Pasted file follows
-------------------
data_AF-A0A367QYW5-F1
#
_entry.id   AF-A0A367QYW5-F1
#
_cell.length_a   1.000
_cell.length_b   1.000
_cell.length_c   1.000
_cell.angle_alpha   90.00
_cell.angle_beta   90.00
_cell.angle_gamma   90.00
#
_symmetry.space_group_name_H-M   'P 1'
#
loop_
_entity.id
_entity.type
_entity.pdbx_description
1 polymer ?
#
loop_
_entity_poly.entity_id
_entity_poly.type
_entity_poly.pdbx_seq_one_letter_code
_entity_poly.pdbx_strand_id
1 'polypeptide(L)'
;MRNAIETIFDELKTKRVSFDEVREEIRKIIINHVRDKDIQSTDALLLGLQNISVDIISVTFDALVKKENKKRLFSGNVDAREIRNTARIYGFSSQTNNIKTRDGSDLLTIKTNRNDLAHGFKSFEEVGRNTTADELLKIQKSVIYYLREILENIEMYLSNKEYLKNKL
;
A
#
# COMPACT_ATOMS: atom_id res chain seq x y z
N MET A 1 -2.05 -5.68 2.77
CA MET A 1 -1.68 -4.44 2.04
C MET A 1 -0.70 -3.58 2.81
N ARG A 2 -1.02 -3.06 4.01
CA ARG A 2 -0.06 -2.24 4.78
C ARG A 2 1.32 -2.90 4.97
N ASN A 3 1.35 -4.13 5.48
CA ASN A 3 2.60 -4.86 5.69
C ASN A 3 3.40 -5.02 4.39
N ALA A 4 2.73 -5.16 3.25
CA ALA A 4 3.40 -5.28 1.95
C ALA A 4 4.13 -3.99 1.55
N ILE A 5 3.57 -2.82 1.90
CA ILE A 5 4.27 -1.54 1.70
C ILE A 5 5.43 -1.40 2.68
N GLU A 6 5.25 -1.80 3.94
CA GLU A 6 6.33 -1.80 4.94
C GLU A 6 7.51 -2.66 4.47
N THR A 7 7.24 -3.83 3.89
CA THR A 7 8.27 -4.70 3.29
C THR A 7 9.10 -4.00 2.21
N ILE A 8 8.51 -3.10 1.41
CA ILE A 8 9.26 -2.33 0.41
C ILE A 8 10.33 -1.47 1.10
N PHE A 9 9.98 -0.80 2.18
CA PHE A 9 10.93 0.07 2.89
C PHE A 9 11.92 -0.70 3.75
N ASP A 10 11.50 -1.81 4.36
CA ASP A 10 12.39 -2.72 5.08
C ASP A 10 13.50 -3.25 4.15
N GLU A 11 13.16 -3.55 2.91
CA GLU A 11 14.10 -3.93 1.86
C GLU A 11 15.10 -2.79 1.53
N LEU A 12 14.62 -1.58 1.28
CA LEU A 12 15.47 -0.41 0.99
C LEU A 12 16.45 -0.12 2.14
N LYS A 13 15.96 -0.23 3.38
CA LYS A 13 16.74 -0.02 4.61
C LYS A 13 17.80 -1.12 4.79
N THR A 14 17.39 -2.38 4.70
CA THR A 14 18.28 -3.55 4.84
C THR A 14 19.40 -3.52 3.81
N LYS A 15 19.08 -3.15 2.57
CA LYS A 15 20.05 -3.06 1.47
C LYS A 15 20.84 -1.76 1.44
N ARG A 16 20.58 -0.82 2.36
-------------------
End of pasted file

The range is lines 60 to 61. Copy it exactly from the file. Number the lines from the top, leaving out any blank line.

C ASP A 10 13.50 -3.25 4.15
N GLU A 11 13.16 -3.55 2.91